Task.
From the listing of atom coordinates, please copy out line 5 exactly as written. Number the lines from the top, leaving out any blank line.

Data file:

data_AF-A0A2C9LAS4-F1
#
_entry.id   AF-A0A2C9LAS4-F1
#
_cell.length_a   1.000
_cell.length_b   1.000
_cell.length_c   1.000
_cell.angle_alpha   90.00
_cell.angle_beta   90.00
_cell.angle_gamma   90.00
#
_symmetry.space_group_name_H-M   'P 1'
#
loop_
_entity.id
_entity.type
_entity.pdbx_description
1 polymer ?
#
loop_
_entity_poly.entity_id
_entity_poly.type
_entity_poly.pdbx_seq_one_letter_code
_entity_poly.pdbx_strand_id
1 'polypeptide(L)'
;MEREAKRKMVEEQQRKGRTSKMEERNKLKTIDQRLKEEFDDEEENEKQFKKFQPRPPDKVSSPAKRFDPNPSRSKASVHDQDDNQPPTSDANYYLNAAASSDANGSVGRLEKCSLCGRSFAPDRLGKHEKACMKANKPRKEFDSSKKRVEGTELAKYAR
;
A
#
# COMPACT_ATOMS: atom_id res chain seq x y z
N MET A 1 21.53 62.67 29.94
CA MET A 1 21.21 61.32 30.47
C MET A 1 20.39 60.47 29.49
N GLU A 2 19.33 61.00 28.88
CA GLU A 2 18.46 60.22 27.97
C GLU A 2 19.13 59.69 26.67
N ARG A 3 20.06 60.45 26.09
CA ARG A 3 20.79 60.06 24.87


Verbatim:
_cell.length_a   1.000